Mission control for Rosetta and Philae. ESA
We’re doing this week’s Ad Astra post early because the European Space Agency is sending down the Rosetta mission’s Philae lander on Wednesday, November 12.
It’s going to attempt a landing on Comet 67P, according to the present schedule, at around 10:35 a.m. Eastern. Since there is a time delay due to distance (this is happening about midway between Mars and the asteroid belt), people on Earth won’t know if it worked until about a half-hour later.
No one knows what a comet’s surface is like, so we’ll all have to wait and see what happens.
The Livestream will be here, starting Tuesday. The ESA will have its webcast here, also starting Tuesday. NASA-TV will carry live coverage here from 9 to 10 a.m. Eastern on Wednesday and then will switch over to ESA coverage from 10 to 11:30.
In a few weeksOn November 11, Rosetta is going to attempt to land Philae on a comet nucleus. No one knows what they will find, even if the comet’s surface is solid enough to withstand the touchdown.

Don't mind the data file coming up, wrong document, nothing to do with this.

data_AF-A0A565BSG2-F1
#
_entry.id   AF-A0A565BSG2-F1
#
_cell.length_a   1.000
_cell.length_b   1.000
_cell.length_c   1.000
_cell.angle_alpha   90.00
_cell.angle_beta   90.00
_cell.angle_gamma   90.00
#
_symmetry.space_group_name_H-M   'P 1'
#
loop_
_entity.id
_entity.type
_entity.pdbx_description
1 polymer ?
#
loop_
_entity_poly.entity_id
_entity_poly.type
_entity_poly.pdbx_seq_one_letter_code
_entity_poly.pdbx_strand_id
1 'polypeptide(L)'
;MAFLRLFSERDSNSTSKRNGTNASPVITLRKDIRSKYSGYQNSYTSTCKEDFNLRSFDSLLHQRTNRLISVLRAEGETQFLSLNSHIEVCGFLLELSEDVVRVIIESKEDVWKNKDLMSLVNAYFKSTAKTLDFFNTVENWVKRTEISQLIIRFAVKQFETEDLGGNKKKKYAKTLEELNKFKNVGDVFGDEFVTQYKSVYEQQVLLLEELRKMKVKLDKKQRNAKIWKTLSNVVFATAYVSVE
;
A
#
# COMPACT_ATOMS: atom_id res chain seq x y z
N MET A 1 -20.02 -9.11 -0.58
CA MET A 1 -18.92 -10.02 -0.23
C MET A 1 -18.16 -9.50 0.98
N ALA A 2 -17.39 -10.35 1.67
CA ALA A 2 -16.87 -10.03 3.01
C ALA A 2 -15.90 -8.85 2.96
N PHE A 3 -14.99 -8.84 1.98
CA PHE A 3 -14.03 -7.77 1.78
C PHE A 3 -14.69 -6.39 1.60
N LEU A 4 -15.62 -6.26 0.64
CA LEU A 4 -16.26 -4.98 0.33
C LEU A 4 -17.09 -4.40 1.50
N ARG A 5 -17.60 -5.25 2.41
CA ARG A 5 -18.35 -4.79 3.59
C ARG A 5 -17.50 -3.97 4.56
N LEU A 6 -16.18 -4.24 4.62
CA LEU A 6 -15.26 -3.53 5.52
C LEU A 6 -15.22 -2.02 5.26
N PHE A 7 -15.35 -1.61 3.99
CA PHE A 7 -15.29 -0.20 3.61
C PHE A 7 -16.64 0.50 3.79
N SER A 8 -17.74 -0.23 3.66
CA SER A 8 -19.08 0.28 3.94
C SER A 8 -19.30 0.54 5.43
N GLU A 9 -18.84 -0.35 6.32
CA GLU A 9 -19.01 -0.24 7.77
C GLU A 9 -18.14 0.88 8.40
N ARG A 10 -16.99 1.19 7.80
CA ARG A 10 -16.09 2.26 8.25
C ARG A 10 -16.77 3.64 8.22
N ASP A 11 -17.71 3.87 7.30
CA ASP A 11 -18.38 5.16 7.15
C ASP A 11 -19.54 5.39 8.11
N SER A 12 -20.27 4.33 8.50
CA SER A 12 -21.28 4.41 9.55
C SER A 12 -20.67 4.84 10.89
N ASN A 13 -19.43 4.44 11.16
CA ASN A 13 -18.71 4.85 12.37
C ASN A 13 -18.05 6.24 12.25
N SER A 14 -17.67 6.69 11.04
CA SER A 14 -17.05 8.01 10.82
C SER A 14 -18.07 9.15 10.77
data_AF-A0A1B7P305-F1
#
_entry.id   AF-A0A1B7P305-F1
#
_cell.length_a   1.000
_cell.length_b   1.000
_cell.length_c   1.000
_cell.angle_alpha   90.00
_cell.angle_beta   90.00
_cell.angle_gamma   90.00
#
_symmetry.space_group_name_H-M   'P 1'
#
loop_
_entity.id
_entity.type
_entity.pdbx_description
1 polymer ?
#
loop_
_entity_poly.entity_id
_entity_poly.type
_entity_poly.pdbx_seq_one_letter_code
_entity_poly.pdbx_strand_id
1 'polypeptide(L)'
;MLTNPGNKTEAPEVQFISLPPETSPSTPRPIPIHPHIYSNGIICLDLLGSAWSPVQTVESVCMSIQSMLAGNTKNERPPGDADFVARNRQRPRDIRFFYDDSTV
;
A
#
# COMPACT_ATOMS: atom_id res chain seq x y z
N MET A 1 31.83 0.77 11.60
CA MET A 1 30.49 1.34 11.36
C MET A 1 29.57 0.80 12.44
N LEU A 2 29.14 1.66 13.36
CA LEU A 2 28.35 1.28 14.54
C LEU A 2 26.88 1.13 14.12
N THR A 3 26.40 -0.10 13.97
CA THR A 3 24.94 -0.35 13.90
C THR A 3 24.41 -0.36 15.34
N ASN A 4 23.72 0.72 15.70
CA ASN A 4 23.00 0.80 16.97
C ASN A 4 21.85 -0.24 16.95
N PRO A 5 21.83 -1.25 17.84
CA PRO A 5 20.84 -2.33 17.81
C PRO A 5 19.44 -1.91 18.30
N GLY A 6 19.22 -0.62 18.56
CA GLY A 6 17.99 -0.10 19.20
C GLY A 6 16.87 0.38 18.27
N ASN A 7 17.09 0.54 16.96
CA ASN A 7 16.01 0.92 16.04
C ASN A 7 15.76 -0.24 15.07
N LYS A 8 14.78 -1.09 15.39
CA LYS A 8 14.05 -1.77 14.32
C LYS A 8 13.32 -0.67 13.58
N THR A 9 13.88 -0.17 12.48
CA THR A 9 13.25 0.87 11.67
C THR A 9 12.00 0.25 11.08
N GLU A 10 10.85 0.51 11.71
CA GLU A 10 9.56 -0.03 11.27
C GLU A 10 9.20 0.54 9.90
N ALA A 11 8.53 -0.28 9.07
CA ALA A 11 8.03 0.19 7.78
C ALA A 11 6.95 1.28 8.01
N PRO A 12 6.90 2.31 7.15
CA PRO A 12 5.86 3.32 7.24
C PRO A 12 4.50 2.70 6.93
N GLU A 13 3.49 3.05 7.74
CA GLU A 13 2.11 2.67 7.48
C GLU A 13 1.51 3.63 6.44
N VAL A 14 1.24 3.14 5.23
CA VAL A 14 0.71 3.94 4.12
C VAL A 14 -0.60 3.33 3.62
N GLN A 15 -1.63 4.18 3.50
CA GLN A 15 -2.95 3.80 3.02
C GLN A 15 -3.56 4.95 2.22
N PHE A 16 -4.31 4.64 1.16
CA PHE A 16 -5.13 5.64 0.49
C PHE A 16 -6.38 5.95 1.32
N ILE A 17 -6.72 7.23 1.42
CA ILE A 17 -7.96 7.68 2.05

Here is more about the Philae lander:
Let’s keep our fingers crossed!
Rosetta mission updates
There’s an awesome graphic making the Internet rounds right now – the city of Los Angeles and Comet Churyumov–Gerasimenko (67P), to scale.
Well done, Michel @quark1972! Source
That comet isn’t going to hit LA. It’s special because the Rosetta spacecraft just intercepted it this month, about midway between the orbits of Mars and Jupiter.
It looks big here, but Comet Churyumov–Gerasimenko, billions of years old, is really just a speck in the Solar System.
Imagine putting downtown Los Angeles physically out beyond Mars and the asteroid belt. Now, try not just to hit it with a rocket launched from South America, but also to have that rocket circle around downtown and then land in a park.